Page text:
Republican U.S. Senate candidate Michael Sullivan carries a box of signatures to the secretary of state’s office on Wednesday, allowing him a spot on
Republican U.S. Senate candidate Michael Sullivan carries a box of signatures to the secretary of state’s office on Wednesday, allowing him a spot on the primary ballot for the special election to fill the seat formerly held by John Kerry. (Associated Press)
Sunday March 10, 2013

BOSTON -- Massachusetts Republican U.S. Senate candidate Michael Sullivan kicked off his campaign Saturday, pledging to work to restrain spending, get the nation's debt under control and support strong foreign and national security policies.

Sullivan is one of three Republicans running in the GOP primary and the last to jump into the race. He began his run at a VFW post in his hometown of Abington.

The U.S. attorney said one of his top priorities is to reverse federal policies that he said "could hardly be more hostile to growth and opportunity if they were deliberately designed to do so."

He also faulted Congress and President Barack Obama for failing to come to grips with a soaring national debt.

"America is looking at the prospect of a debt crisis and yet all that many can talk about is more federal spending, more borrowing, more debt they will leave for others to pay," Sullivan said in prepared remarks. "They offer billion-dollar solutions, when we are dealing with trillion-dollar problems."

Sullivan also criticized what he described as "massive transfers of wealth from the people of this country to the banks and corporations of Wall Street."

"Firms we are told are ‘too big to fail' have artificially inflated the stock market, to the great benefit of speculators," he said.

Sullivan's event comes two days after fellow Republican candidate Daniel Winslow held his own campaign kick-off.


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The Norfolk state Representative and former judge criticized the federal spending cuts that recently went into effect after Republicans and Democrats failed to reach a compromise.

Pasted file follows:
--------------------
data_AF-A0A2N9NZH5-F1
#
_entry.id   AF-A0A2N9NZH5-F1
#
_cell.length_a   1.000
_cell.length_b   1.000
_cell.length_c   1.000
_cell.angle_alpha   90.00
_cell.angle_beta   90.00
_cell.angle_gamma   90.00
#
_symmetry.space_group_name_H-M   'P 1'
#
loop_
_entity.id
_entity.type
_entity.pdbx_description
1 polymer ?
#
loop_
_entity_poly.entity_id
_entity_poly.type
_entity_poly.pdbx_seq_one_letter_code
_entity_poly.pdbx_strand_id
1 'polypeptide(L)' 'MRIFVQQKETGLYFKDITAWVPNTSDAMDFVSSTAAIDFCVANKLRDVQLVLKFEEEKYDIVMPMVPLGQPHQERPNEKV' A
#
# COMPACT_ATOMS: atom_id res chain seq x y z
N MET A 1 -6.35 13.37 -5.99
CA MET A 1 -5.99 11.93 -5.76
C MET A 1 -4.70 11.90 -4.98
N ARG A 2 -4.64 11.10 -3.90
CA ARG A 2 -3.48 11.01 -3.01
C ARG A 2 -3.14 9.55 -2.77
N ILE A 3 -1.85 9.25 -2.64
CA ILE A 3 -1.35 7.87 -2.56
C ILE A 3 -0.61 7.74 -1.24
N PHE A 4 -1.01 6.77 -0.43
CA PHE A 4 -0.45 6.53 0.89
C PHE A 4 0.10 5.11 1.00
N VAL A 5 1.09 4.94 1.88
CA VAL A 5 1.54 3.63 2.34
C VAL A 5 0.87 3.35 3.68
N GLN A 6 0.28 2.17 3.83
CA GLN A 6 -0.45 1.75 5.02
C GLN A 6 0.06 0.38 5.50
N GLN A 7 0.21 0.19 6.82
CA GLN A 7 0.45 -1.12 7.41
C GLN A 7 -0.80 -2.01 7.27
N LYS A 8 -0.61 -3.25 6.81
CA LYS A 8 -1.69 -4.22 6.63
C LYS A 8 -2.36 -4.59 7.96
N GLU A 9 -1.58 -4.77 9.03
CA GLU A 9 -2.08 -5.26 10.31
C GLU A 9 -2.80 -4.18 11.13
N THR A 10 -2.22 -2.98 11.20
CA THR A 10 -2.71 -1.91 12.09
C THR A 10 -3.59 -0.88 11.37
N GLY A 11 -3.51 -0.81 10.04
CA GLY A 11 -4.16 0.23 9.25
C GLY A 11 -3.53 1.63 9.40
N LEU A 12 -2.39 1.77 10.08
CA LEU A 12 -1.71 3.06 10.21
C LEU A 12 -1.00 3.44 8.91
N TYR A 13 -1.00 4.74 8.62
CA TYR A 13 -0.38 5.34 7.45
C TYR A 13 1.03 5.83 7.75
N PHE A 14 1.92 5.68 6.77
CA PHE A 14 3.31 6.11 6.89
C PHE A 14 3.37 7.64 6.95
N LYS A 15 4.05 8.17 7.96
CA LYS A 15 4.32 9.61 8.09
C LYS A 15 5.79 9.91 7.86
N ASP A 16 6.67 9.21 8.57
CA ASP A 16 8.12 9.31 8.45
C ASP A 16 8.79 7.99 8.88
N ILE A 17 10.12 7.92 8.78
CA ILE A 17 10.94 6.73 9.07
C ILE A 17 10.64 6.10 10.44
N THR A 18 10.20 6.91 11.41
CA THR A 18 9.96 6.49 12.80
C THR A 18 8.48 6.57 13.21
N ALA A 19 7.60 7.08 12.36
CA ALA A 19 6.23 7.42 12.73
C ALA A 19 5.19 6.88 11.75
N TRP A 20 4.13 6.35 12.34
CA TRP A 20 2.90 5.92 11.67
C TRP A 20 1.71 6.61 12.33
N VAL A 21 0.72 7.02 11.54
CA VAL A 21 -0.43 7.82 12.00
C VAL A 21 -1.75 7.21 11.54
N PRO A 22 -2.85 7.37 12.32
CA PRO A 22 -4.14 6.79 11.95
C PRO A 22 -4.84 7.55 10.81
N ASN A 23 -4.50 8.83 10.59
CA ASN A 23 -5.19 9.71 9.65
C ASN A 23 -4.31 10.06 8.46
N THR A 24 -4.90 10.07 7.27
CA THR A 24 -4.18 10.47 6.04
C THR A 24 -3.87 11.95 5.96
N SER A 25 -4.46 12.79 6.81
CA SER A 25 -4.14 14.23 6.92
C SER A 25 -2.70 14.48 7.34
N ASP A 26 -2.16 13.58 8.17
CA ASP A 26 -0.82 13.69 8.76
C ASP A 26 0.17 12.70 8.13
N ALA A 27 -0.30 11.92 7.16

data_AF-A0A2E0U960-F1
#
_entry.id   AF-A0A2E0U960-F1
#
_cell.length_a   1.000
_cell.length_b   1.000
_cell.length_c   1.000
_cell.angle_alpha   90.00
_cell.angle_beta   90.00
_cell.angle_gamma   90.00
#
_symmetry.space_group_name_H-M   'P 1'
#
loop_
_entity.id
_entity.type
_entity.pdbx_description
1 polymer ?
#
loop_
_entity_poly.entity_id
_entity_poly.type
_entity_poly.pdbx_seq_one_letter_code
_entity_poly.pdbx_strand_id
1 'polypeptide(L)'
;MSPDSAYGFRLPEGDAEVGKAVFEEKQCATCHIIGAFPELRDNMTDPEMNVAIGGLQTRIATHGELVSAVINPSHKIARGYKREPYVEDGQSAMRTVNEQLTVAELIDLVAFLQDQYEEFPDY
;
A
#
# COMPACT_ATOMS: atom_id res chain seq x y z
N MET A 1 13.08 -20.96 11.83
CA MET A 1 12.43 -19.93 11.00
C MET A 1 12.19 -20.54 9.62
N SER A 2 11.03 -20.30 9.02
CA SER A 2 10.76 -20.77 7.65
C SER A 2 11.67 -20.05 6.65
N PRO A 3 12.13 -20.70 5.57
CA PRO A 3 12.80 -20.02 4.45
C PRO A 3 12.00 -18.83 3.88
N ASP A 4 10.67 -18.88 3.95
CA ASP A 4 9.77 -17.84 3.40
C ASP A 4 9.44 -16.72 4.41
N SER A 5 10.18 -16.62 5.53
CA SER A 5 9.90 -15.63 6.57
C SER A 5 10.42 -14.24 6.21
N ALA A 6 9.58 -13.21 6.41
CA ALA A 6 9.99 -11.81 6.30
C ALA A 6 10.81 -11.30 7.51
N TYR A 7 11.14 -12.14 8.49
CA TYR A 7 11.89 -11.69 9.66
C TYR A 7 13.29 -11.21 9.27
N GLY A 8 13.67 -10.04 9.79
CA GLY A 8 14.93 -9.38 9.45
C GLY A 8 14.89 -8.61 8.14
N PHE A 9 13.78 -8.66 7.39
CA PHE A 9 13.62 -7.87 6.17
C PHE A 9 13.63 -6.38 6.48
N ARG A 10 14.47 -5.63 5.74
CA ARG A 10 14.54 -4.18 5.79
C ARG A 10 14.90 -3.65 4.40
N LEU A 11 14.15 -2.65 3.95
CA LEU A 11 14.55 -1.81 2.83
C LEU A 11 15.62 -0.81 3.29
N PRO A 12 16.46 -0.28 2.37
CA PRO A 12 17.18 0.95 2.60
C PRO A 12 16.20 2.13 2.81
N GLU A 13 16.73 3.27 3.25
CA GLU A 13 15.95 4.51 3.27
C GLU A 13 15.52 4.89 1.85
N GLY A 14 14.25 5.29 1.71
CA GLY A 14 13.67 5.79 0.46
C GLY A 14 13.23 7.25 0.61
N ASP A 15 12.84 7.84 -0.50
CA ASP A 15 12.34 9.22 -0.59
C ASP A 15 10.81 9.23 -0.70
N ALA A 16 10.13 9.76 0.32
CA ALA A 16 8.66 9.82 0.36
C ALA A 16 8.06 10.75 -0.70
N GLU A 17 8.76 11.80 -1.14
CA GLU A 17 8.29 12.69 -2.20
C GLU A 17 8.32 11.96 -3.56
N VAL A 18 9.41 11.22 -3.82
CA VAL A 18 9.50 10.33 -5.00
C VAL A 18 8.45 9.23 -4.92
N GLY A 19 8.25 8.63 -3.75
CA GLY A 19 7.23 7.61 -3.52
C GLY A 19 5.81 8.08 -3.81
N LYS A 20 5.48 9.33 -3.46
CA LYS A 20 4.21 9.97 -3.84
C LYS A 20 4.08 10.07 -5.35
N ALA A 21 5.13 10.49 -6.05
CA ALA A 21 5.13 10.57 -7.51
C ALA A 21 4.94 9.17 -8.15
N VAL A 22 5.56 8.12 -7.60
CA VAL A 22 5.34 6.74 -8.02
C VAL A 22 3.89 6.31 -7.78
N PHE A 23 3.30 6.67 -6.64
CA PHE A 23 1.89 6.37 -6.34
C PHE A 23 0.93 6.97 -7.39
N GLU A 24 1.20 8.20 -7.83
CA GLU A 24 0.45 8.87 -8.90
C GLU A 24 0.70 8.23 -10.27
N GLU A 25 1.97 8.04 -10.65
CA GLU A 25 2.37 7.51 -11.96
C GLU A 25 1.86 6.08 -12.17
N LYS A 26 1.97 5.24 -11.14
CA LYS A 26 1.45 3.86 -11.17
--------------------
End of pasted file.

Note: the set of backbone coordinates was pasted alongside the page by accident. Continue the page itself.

"We need to reduce federal spending, but we need to grow down the federal budget in a way that makes sense rather than across-the-board cuts that don't," Winslow said. "We need a new approach, new thinking, new ideas and new faces."

Winslow also offered a series of proposals including one which would exempt states that create their own health care program from the national health care law signed by Obama as long as that program meets or exceeds federal standards.

He said he also wants to simplify the federal tax system and make Massachusetts "the venue of choice" for patents, trademarks and intellectual property.

Another Republican candidate, Cohasset businessman and former Navy SEAL Gabriel Gomez formally launched his campaign at the end of February.

Gomez said he favored term limits for Congress and a lifetime ban on lobbying by all former House and Senate members. He said no politicians in Washington should get paid until they resolve the fiscal stalemate that led to the $85 billion in automatic federal spending cuts.

"I may not be the most popular guy in D.C. when I say this, but until they figure out what they are going to do on the sequester, I don't think any congressmen or the senators or the president should have a paycheck," he said.

Sullivan said he also understands the good things that government can do. He said as a prosecutor he learned that government can come to the aid to those in need or in peril.

"When children were endangered or abused, the state moved in to punish the offenders," he said. "When women were victims of brutality, we came to their defense, and brought the violent to justice."

Sullivan is currently a partner in the Boston office of The Ashcroft Group LLC, a law firm founded by former U.S. Attorney John Ashcroft.

All three Republican candidates have agreed to participate in their first debate of the campaign Tuesday at Stonehill College.

On the Democratic side, U.S. Reps. Edward Markey and Stephen Lynch have already announced their candidacies and begun campaigning. They have agreed to six debates.

The primaries are scheduled for April 30. The special election to take the seat of former Sen. John Kerry, now the secretary of state, is scheduled for June 25.